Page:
Well, actually a lot of work's been done with phyllanthus. It's... the plant is widely used independent of any findings we had. The initial studies we did were very suggestive that it was effective, but they weren't confirmed, you know, and in science if you can't confirm it, it's the equivalent of it not having happened, even... even though the initial observations may have been correct. And we spent a lot of time trying to get drug companies interested, which is tiresome work you know, and... and not very gratifying, but in any case, I spent... I spent several years working on this, probably the... the least ‘successful’, quotation marks, research I've done, but people are still working on it, and there were leads, you know, in the laboratory level it has, it does have an effect, and it's conceivable that some use may come of it some time in the future. These things often take a long time. But the plant collecting was interesting. I'm just... I have a herbarium, you know, with the plants, I'm about to donate it to the Academy of Natural Sciences.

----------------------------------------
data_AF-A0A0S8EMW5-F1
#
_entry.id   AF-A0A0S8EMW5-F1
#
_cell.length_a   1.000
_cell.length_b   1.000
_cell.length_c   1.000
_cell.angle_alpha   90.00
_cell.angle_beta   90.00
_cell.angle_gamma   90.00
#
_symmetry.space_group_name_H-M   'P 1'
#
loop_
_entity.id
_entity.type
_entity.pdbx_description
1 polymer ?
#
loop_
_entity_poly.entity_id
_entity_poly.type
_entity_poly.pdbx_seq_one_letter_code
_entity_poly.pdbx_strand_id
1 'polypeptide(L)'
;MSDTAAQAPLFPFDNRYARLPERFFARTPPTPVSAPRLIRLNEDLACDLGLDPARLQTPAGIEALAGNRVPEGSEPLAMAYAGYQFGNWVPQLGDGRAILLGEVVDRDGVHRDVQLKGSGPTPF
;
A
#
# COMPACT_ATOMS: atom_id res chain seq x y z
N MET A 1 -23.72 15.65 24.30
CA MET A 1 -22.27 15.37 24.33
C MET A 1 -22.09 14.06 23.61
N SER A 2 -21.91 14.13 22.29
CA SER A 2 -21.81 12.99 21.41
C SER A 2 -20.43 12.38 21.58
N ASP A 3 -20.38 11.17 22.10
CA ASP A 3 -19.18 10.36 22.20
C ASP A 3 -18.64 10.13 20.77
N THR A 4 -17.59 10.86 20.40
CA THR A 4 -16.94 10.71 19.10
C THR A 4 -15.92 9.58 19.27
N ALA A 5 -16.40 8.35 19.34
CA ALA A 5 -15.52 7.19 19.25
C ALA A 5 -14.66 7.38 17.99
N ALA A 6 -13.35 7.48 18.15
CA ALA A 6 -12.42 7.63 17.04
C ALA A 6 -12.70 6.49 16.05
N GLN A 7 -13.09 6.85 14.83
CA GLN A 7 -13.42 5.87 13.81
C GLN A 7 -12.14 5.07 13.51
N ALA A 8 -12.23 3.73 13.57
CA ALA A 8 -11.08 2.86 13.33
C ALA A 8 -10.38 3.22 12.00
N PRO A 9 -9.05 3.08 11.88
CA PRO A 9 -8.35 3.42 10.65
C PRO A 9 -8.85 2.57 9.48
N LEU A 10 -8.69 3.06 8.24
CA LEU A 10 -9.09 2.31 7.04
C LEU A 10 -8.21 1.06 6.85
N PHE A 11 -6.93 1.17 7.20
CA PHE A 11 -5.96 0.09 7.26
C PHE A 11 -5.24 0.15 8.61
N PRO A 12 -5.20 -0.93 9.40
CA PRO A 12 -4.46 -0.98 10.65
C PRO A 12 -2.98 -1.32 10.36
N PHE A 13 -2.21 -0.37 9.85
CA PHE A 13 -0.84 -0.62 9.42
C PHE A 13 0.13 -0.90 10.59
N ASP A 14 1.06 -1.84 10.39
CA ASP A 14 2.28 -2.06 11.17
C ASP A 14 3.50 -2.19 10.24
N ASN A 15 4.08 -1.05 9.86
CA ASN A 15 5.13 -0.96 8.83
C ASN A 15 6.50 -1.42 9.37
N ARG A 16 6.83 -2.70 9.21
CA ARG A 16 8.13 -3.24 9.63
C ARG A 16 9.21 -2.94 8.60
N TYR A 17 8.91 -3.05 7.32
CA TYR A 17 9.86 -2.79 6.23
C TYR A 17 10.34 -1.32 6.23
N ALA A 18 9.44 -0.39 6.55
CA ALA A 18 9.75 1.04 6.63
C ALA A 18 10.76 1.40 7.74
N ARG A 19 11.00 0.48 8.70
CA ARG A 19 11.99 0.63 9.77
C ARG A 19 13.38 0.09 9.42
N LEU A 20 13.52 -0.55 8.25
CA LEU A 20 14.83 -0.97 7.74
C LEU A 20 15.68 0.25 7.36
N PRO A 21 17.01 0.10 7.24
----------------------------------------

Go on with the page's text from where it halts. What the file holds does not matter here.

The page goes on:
[Q] Oh, that's wonderful.

Well, you know, we don't need it here of course and otherwise I'm afraid it would get... but they may be able to make some use of it.

American research physician Baruch Blumberg (1925-2011) was co-recipient of the Nobel Prize in Physiology or Medicine in 1976 along with D Carleton Gajdusek for their work on the origins and spread of infectious viral diseases that led to the discovery of the hepatitis B virus. Blumberg’s work covered many areas including clinical research, epidemiology, virology, genetics and anthropology.

Listeners: Rebecca Blanchard